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Investors hate real estate stocks — and that could be good news for the sector

The S&P 500's newest sector isn't getting much love.

Real estate, which was broken out of the financials at the end of the summer to create an 11th distinct sector, is the most underweighted sector by active managers, according to research from Bank of America Merrill Lynch.

Not only is real estate the sector managers are least exposed to relative to their benchmarks, but it is also the sector that the smallest number of managers overweight.

Interestingly, the moderate positioning in real estate stocks could actually serve as a contrary indicator. With so little money in the group, marginal funds may flow out of heavily owned sectors like consumer discretionary and tech, and into the high-yielding real estate stocks.

In fact, the BofAML research team has found that overweighted stocks tend to outperform and underweighted to underperform; unsurprisingly, two of the three most under-owned stocks now are Realty Income Corp. and Federal Realty Investment Trust, they found.

It is no secret that the yield environment has served as the major problem for real estate names. Bond yields have recently risen substantially, hurting these high yielding stocks. And with the Federal Reserve expected to continue to raise rates in 2017, few appear to see a powerful reason to buy.

"This is an interest-rate sensitive sector, and that scares away a lot of investors," commented Chad Morganlander, portfolio manager at Stifel Nicolaus.

Still, Morganlander is not one of those managers who is underweighting real estate.

"We believe that overall for 2017, this sector is going to catch a bid, and we would be buyers here," he said Tuesday on CNBC's "Trading Nation."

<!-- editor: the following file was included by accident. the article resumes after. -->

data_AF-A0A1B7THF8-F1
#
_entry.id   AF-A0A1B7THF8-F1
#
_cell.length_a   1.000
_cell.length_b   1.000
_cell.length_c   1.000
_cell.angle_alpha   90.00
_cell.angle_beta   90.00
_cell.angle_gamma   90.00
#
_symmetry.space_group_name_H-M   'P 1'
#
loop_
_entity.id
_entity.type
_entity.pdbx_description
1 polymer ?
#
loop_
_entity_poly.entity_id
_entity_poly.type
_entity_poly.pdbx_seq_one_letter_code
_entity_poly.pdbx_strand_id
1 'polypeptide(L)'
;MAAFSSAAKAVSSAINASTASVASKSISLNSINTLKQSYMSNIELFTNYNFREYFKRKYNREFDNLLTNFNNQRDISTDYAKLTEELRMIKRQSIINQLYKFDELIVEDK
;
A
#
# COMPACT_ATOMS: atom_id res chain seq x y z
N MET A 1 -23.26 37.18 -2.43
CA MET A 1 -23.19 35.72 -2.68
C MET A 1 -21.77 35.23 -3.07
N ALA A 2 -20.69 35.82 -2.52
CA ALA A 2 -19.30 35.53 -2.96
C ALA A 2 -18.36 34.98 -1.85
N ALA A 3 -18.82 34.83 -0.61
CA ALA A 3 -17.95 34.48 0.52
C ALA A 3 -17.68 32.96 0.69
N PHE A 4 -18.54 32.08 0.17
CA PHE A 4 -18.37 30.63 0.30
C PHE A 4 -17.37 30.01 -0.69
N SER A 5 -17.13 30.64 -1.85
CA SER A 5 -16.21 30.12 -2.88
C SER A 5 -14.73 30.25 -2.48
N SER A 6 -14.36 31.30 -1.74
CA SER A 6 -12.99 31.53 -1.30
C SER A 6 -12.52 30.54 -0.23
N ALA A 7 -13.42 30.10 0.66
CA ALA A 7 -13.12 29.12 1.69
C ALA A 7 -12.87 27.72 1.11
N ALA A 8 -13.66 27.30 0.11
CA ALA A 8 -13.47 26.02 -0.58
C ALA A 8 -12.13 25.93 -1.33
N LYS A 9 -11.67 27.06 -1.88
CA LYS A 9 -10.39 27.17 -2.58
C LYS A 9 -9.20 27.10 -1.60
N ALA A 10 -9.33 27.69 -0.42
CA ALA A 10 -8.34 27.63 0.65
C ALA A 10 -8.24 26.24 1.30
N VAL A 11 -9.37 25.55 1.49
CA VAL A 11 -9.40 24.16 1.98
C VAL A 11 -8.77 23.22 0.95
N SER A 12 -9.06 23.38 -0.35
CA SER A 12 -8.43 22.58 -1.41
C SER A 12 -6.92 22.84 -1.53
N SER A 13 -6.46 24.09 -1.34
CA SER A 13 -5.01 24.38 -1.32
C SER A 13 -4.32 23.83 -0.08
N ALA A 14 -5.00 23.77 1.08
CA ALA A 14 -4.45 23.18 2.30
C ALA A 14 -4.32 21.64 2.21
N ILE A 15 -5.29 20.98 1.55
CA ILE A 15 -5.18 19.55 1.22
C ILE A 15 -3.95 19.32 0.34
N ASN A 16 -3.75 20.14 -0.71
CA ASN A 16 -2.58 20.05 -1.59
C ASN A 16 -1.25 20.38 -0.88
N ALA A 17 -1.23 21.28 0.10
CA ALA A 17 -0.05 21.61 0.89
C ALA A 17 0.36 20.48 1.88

He advises keeping it simple. Rather than picking individual real estate investment trusts, "I would just go out and buy the actual ETF and I wouldn't go into specific names. I think you have a broad-based win by allocation 3 to 5 percent to the real estate sector in one's portfolio."

The Real Estate Select SPDR Fund (XLRE), which tracks the sector, offers a dividend yield of nearly 4 percent. However, the amount of diversification it offers is limited; the ETF tracks just 29 stocks, and the two largest (Simon Property Group and American Tower) make up more than 18 percent of the fund.


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Trading Nation is a multimedia financial news program that shows investors and traders how to use the news of the day to their advantage. This is where experts from across the financial world – including macro strategists, technical analysts, stock-pickers, and traders who specialize in options, currencies, and fixed income – come together to find the best ways to capitalize on recent developments in the market. Trading Nation: Where headlines become opportunities.

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Brian Sullivan is co-anchor of CNBC's "Power Lunch" (M-F,1PM-3PM ET), one of the network's longest running programs, as well as the host of the daily investing program "Trading Nation." He is also a frequent guest on MSNBC's "Morning Joe" and other NBC properties.

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